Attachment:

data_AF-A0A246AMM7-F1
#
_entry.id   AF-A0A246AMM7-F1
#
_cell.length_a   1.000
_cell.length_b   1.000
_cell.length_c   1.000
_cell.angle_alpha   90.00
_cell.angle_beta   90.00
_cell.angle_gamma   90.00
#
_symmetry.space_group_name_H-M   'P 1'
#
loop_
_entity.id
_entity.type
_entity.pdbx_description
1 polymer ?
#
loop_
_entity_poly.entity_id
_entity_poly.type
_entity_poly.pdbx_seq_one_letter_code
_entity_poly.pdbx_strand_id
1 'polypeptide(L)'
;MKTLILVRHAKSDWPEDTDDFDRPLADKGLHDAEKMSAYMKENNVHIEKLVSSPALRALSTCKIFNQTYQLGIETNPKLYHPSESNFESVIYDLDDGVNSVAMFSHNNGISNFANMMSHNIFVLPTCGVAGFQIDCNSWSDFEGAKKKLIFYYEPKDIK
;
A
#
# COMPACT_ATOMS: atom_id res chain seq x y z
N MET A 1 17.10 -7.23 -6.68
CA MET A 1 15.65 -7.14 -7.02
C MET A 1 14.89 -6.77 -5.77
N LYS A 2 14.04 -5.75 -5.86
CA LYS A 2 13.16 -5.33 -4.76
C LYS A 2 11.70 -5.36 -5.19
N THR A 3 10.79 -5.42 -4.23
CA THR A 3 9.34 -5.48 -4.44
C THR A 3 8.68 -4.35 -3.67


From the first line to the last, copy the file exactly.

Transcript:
data_AF-A0A246AMM7-F1
#
_entry.id   AF-A0A246AMM7-F1
#
_cell.length_a   1.000
_cell.length_b   1.000
_cell.length_c   1.000
_cell.angle_alpha   90.00
_cell.angle_beta   90.00
_cell.angle_gamma   90.00
#
_symmetry.space_group_name_H-M   'P 1'
#
loop_
_entity.id
_entity.type
_entity.pdbx_description
1 polymer ?
#
loop_
_entity_poly.entity_id
_entity_poly.type
_entity_poly.pdbx_seq_one_letter_code
_entity_poly.pdbx_strand_id
1 'polypeptide(L)'
;MKTLILVRHAKSDWPEDTDDFDRPLADKGLHDAEKMSAYMKENNVHIEKLVSSPALRALSTCKIFNQTYQLGIETNPKLYHPSESNFESVIYDLDDGVNSVAMFSHNNGISNFANMMSHNIFVLPTCGVAGFQIDCNSWSDFEGAKKKLIFYYEPKDIK
;
A
#
# COMPACT_ATOMS: atom_id res chain seq x y z
N MET A 1 17.10 -7.23 -6.68
CA MET A 1 15.65 -7.14 -7.02
C MET A 1 14.89 -6.77 -5.77
N LYS A 2 14.04 -5.75 -5.86
CA LYS A 2 13.16 -5.33 -4.76
C LYS A 2 11.70 -5.36 -5.19
N THR A 3 10.79 -5.42 -4.23
CA THR A 3 9.34 -5.48 -4.44
C THR A 3 8.68 -4.35 -3.67